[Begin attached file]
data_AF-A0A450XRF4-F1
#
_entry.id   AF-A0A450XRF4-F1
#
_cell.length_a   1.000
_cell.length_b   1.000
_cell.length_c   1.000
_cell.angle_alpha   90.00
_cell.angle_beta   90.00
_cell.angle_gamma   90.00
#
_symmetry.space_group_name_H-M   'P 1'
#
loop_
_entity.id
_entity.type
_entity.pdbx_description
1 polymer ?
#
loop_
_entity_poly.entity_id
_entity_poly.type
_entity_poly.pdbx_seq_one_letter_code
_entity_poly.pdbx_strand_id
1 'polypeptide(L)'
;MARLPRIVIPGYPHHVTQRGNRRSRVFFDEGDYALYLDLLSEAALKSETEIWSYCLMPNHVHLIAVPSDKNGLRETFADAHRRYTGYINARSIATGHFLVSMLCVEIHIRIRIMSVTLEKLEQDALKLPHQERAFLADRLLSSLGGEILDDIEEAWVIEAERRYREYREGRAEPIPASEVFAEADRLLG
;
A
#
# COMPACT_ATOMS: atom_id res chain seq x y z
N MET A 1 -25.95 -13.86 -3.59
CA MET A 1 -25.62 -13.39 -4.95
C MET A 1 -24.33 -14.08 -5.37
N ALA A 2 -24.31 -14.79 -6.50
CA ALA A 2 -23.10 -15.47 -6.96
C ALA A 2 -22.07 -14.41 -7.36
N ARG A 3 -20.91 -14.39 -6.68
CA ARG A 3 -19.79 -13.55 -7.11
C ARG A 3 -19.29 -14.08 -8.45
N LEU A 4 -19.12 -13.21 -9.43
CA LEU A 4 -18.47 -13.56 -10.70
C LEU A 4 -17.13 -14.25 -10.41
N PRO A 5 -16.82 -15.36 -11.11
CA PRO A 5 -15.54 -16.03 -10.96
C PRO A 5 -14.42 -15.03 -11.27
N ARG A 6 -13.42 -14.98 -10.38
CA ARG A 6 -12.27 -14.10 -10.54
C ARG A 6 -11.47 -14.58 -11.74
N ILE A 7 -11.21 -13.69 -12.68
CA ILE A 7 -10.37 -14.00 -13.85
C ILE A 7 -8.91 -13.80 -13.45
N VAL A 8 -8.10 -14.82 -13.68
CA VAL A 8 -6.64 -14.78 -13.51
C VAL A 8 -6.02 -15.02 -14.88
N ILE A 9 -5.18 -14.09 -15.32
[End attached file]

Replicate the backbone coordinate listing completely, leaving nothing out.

data_AF-A0A450XRF4-F1
#
_entry.id   AF-A0A450XRF4-F1
#
_cell.length_a   1.000
_cell.length_b   1.000
_cell.length_c   1.000
_cell.angle_alpha   90.00
_cell.angle_beta   90.00
_cell.angle_gamma   90.00
#
_symmetry.space_group_name_H-M   'P 1'
#
loop_
_entity.id
_entity.type
_entity.pdbx_description
1 polymer ?
#
loop_
_entity_poly.entity_id
_entity_poly.type
_entity_poly.pdbx_seq_one_letter_code
_entity_poly.pdbx_strand_id
1 'polypeptide(L)'
;MARLPRIVIPGYPHHVTQRGNRRSRVFFDEGDYALYLDLLSEAALKSETEIWSYCLMPNHVHLIAVPSDKNGLRETFADAHRRYTGYINARSIATGHFLVSMLCVEIHIRIRIMSVTLEKLEQDALKLPHQERAFLADRLLSSLGGEILDDIEEAWVIEAERRYREYREGRAEPIPASEVFAEADRLLG
;
A
#
# COMPACT_ATOMS: atom_id res chain seq x y z
N MET A 1 -25.95 -13.86 -3.59
CA MET A 1 -25.62 -13.39 -4.95
C MET A 1 -24.33 -14.08 -5.37
N ALA A 2 -24.31 -14.79 -6.50
CA ALA A 2 -23.10 -15.47 -6.96
C ALA A 2 -22.07 -14.41 -7.36
N ARG A 3 -20.91 -14.39 -6.68
CA ARG A 3 -19.79 -13.55 -7.11
C ARG A 3 -19.29 -14.08 -8.45
N LEU A 4 -19.12 -13.21 -9.43
CA LEU A 4 -18.47 -13.56 -10.70
C LEU A 4 -17.13 -14.25 -10.41
N PRO A 5 -16.82 -15.36 -11.11
CA PRO A 5 -15.54 -16.03 -10.96
C PRO A 5 -14.42 -15.03 -11.27
N ARG A 6 -13.42 -14.98 -10.38
CA ARG A 6 -12.27 -14.10 -10.54
C ARG A 6 -11.47 -14.58 -11.74
N ILE A 7 -11.21 -13.69 -12.68
CA ILE A 7 -10.37 -14.00 -13.85
C ILE A 7 -8.91 -13.80 -13.45
N VAL A 8 -8.10 -14.82 -13.68
CA VAL A 8 -6.64 -14.78 -13.51
C VAL A 8 -6.02 -15.02 -14.88
N ILE A 9 -5.18 -14.09 -15.32